Italian, Spanish Bonds Fall After S&P Cuts Italy’s Credit Rating
Italian government bonds declined for a second day after Standard & Poor’s cut the nation’s credit rating, citing a weakening of the country’s economic prospects.
The nation’s 10-year yield climbed the most in a week as the New York-based rating company also referred to the nation’s impaired financial system in its assessment released late yesterday. Spanish 10-year bonds dropped for a fourth day, the longest run of declines in almost two months. Italy’s cost of borrowing for one year rose as it sold 9.5 billion euros ($12.2 billion) of bills due in 367 and 160 days. Germany auctioned two-year notes.
“It’s quite normal that when you get news like that it puts immediate pressure on the market,” said Allan von Mehren, chief analyst at Danske Bank A/S (DANSKE) in Copenhagen. “The rating action reflects an overall picture, that things are still looking weak.”
Italy’s 10-year yield climbed four basis points, or 0.04 percentage point, to 4.45 percent at 4:37 p.m. London time, the biggest increase since July 3. The 4.5 percent bond maturing in May 2023 dropped 0.275, or 2.75 euros per 1,000-euro face amount, to 100.8.
S&P cut Italy’s long-term credit rating to BBB, two levels above junk, from BBB+. The outlook on the rating remains negative, the company said in a statement.
Italy’s economic output in the first quarter of 2013 was 8 percent lower than in the final three months of 2007 and continues to fall, S&P said. The company reduced its growth forecast for 2013 to minus 1.9 percent, from minus 1.4 percent.
Spain’s 10-year yield jumped seven basis points to 4.81 percent, extending the run of price declines to the longest since the period through May 14. S&P rates Spanish debt at BBB-, the lowest investment grade level.
The S&P rating cut for Italy is “worse for Spain” as it puts a spotlight on the country, said Marcus Ashworth, head of fixed income at Espirito Santo Investment Bank in London.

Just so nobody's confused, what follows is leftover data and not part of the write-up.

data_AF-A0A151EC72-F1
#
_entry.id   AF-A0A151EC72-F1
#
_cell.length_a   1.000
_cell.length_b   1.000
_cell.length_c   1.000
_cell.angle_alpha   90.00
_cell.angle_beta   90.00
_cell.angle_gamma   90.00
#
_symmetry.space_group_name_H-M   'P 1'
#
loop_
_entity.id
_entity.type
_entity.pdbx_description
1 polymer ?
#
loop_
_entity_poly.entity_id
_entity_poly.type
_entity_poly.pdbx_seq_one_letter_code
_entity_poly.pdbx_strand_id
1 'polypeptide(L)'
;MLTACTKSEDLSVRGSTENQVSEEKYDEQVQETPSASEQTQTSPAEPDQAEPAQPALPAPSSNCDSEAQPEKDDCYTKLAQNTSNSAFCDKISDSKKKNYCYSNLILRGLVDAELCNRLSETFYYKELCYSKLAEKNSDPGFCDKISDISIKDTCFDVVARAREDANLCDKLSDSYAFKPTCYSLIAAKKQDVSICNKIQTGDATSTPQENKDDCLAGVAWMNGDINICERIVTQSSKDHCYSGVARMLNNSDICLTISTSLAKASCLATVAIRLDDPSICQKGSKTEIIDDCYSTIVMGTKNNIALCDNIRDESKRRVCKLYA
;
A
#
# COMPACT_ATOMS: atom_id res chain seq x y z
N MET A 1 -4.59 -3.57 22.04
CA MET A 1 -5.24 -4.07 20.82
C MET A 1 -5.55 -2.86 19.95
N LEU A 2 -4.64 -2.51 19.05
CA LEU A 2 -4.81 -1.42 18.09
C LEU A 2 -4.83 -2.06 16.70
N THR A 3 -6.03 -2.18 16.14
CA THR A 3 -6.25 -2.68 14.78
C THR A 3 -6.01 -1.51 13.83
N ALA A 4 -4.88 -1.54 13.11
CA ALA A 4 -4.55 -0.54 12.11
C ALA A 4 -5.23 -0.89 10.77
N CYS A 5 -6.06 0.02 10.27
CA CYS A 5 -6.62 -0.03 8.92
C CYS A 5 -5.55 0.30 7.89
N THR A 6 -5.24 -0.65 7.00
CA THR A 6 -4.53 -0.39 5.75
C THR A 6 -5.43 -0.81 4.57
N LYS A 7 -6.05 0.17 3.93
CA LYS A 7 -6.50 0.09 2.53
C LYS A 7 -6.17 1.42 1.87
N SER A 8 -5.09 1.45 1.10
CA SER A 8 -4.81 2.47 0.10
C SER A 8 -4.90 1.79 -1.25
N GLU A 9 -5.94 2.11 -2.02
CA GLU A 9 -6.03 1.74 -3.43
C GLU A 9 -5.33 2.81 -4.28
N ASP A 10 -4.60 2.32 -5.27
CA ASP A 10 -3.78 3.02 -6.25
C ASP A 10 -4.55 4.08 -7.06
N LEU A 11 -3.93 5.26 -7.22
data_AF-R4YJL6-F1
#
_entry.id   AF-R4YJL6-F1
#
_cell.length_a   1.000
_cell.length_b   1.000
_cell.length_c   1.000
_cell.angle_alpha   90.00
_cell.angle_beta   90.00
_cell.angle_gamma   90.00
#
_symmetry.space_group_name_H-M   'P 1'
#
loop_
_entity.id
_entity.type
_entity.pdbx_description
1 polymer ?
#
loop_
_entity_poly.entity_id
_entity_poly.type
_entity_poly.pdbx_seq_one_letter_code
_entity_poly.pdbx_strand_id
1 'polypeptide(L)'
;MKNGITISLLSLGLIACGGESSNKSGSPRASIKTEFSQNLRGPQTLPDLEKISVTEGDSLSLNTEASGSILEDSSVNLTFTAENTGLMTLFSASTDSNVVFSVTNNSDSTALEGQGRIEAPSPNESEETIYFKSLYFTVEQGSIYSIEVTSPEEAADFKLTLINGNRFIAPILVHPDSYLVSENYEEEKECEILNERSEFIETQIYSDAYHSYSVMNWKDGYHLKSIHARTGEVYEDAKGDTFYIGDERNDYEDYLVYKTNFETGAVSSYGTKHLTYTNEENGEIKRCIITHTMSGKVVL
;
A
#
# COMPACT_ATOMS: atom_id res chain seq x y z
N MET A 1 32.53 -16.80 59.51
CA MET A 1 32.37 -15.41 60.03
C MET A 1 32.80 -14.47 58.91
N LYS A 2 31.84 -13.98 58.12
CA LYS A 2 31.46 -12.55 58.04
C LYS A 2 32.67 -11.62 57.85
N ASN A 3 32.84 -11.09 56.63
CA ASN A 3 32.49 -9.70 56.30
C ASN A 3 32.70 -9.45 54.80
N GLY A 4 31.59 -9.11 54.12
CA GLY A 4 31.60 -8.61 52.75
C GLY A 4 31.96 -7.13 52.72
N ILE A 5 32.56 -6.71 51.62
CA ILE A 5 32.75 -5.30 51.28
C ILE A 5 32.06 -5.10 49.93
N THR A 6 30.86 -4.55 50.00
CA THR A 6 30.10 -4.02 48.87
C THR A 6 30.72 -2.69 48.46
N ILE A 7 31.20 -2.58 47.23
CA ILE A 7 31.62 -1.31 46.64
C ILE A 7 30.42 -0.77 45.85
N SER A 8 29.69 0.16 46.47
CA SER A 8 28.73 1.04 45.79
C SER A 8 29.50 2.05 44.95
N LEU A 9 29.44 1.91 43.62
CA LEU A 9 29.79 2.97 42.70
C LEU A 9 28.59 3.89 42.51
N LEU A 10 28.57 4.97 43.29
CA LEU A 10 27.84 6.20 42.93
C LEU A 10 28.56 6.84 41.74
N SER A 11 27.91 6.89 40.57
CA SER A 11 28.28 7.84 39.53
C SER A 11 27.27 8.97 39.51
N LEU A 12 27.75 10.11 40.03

A Spanish government official who briefed journalists on condition of anonymity said Spain isn’t aware of any pending decision to downgrade the country’s credit rating.
Investors often disregard changes in ratings. Yields on sovereign securities moved in the opposite direction from what ratings suggested in 53 percent of 32 upgrades, downgrades and changes in credit outlook last year, according to data compiled by Bloomberg published in December.
Italy sold 7 billion euros of one-year bills at an average yield of 1.078 percent, up from 0.962 percent when it last auctioned 12-month debt on June 12. It also sold 2.5 billion euros of 160-day securities at 0.599 percent.
The extra yield investors demand to hold Italian 10-year bonds instead of similar-maturity German bunds widened four basis points to 279 basis points. The spread has moved between 243 basis points and 361 basis points this year.
While the rating is “bad news,” markets are “in an environment where investors are searching for yield and there’s a lot of cash in the system, and Italy will continue to benefit,” Danske Bank’s von Mehren said. The spread with Germany may shrink to about 250 basis points this year, he said.
The benchmark 10-year bund was little changed at 1.65 percent after rising to 1.85 percent on June 24, the highest level since April 2012.
Germany sold 4.1 billion euros of two-year notes at an average yield of 0.07 percent, down from 0.18 percent when it last auctioned the securities on June 12. They were sold at a record-low of minus 0.06 percent in July 2012.
Volatility on Austrian bonds was the highest in euro-area markets today followed by those of Portugal and Finland, according to measures of 10-year debt, the yield spread between two- and 10-year securities, and credit-default swaps.
Italian bonds returned 2.6 percent this year through yesterday, according to Bloomberg World Bond Indexes. Spanish securities rose 5.5 percent, while German bunds fell 1.2 percent, the indexes show.
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